Paralysis Caused By Spinal Surgery

September 13th, 2017

An ideal outcome in spinal surgery is dependent of the coordination of efforts by the surgeon, anesthesiologist, and neurophysiologist. Because patients are under general anesthesia during surgery, techniques for examining the nervous system for potential injuries can be somewhat limited. Intraoperative spinal cord monitoring (IOM) allows the surgeon to record the electrical signals transferred along the spinal cord and use this recording to prevent neural irritation or spinal cord injury during surgery.

Electrodes are placed on the patient’s body to monitor and record nerve signal responses throughout the spinal surgical procedure. The most common forms of spinal cord monitoring during surgery are EMG (electromyography), SEP (somatosensory evoked potentials) and MEP (motor evoked potentials). Ideally, this is done in an efficient manner without interrupting the flow of the operation and producing unnecessary interruptions.

The monitoring personnel must be able to detect and understand the source of any variables in spinal cord signals in order to deal with them appropriately. An intra-operative disruption or complete loss of spinal cord electrical signals in the appropriate monitoring channels (either SEP sensors, MEP sensors, or both) is clearly an indication of significant disturbance of spinal cord function. If this is not recognized and sensation is not restored during the spinal surgery, severe spinal cord and/or spinal nerve root injury, up to and including partial or total paralysis, may occur.

If you or a loved one has suffered permanent neurological injury and/or paralysis due to a complication during spinal surgery, contact The Yost Legal Group today at 1-800-YOST-LAW (800-403-7259). When you call, you will speak with an experienced Baltimore Medical Malpractice attorney absolutely FREE.

The attorneys at Yost Legal Group are experienced, caring professionals ready to investigate your claim with compassion and determination. Call us today to receive a free, confidential consultation about your possible case. At The Yost Legal Group, there is no fee or expense unless you recover.

 

Compartment Syndrome, Post-Operative Onset

Compartment syndrome is a potentially devastating post-operative complication in which increased pressure results in insufficient blood supply to muscle and nerve tissue within the effected internal space. Causes of compartment syndrome in the post-operative patient include: being left too long in a position during surgery that blocked one or more blood vessels; or, having bandages or casts too tightly applied. This medical condition can arise in response to bleeding and/or swelling in any area of…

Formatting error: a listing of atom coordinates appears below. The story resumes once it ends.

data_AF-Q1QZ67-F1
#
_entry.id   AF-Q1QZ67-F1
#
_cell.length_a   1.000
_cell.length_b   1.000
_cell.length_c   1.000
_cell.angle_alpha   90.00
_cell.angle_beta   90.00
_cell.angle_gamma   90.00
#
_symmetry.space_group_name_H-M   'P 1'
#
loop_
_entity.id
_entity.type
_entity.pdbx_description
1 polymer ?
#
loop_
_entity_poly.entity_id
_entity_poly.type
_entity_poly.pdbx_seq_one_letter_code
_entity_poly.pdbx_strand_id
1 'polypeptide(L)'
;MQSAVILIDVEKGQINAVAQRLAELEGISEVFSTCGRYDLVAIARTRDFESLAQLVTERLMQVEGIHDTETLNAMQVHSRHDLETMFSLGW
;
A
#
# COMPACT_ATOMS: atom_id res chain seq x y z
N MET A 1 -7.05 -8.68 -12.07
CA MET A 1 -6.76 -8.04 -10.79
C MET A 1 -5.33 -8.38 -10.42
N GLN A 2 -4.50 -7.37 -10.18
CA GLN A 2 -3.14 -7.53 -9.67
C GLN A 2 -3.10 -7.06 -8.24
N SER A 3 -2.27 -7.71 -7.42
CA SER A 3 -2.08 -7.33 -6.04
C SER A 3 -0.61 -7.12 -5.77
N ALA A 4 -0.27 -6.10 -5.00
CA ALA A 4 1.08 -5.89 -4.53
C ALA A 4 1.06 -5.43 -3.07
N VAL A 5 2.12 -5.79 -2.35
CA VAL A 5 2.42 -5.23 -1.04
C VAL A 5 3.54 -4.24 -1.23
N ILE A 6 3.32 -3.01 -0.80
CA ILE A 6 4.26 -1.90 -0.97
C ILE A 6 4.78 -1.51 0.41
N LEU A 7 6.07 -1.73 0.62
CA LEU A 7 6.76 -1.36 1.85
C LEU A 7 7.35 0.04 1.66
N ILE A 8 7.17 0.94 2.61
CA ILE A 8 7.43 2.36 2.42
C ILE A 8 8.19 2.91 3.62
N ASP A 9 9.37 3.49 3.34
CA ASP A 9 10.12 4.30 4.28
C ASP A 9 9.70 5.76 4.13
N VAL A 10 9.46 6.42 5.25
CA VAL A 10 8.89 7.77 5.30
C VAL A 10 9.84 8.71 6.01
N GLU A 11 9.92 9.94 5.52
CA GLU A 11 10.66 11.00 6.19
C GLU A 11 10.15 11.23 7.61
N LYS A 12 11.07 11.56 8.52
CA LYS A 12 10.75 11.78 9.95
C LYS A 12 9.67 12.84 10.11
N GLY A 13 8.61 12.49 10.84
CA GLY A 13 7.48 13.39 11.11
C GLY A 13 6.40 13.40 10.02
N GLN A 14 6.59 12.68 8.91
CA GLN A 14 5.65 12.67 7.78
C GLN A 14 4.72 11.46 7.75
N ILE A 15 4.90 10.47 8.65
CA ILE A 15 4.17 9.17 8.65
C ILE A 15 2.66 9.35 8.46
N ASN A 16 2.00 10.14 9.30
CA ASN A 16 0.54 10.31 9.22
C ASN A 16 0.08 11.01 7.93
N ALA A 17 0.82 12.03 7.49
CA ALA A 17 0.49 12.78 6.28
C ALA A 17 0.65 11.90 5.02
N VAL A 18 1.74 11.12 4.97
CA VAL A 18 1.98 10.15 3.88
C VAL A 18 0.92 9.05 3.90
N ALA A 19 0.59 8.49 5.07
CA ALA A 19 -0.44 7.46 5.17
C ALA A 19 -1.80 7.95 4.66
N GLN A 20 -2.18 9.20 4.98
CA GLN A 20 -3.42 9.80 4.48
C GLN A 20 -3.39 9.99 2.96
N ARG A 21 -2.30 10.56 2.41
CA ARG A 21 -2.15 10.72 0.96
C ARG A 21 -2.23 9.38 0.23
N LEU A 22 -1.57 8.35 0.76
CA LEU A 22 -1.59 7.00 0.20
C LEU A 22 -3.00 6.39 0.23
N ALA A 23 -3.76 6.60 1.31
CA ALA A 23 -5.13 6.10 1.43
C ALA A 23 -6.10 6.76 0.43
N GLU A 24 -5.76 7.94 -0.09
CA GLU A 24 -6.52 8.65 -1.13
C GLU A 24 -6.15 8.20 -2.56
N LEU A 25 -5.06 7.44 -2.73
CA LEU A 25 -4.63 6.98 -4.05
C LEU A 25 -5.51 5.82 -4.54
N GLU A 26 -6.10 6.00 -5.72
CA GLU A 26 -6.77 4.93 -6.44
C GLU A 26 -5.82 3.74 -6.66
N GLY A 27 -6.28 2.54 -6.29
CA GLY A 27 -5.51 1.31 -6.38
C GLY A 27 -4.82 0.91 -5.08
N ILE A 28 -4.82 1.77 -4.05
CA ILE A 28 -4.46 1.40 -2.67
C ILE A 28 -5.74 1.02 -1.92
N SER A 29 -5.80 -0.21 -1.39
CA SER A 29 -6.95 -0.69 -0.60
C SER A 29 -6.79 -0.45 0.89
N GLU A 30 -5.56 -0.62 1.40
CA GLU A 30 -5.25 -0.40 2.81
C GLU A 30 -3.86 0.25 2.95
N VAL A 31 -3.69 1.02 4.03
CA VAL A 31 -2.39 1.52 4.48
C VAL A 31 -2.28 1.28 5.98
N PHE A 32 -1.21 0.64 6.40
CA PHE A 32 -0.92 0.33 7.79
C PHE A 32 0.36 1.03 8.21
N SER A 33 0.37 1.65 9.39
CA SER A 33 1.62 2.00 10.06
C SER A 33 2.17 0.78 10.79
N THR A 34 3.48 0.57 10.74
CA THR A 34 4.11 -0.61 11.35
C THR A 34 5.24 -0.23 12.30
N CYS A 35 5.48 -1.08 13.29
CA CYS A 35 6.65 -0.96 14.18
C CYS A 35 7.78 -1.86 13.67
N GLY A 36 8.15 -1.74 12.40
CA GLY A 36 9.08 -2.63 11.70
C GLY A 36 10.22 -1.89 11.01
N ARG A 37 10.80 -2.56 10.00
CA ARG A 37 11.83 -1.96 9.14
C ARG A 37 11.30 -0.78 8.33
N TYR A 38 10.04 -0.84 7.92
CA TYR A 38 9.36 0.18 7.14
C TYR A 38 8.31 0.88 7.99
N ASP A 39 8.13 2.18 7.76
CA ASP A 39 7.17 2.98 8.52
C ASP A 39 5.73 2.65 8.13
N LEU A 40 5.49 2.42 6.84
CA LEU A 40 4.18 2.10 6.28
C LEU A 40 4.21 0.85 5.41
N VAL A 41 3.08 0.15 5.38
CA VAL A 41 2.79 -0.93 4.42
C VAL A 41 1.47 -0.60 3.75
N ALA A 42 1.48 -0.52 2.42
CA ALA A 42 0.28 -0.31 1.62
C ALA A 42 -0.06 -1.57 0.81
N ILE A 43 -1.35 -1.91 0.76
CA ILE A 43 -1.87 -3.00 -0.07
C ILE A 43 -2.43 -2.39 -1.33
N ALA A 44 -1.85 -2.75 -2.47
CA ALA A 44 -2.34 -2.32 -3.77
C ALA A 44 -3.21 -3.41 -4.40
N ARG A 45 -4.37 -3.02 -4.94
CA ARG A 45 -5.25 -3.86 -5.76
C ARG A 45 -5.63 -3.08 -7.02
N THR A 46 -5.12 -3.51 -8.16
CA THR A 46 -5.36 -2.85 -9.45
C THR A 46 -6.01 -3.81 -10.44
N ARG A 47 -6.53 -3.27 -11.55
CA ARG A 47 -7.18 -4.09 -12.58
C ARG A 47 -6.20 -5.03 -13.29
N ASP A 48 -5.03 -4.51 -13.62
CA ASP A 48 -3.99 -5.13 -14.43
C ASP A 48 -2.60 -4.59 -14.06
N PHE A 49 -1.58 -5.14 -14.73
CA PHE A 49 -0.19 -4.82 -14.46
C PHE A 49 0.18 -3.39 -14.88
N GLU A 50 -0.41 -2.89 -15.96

Read More »

Injury During Cardiac Catheterization

Cardiovascular disease (CVD) is the number one cause of death globally. Because more people die annually from heart disease than from any other cause, it is important to take preventative measures to examine how well your heart is working. Diagnostic procedures and medical tests are commonly performed by medical professionals to monitor the heart and keep people from suffering fatal heart attacks. Cardiac catheterization, a procedure used to diagnose and treat cardiovascular conditions, involves inserting…

Read More »

Perforation of Small Intestine During Laparoscopic Cholecystectomy

Laparoscopic cholecystectomy, commonly referred to as a “lap choly,” is a procedure that involves removing the gallbladder. A patient may need removal if the gallbladder is full of gallstones (cholelithiasis), inflamed, or infected (cholecystitis). When a lap choly is needed, laparoscopic techniques are used to perform this minimally invasive surgery with the assistance of a video camera and several thin instruments. The laparoscopic incisions, each one about ½” in size, limit the surgeon’s view of…

Read More »

Abdominal Injury During Laparoscopy

Laparoscopy is one of the most common abdominal surgical procedures performed around the world. It is a minimally invasive surgery, which a surgeon performs by making several small incisions, each one about ½” in size, through which surgical instruments are inserted. Minimizing the size of the surgical incision greatly reduces the patient’s post-operative healing time, decreases the patient’s risk of developing a post-operative hernia, and minimizes surgical scars. Unfortunately, the very small size of the…

Read More »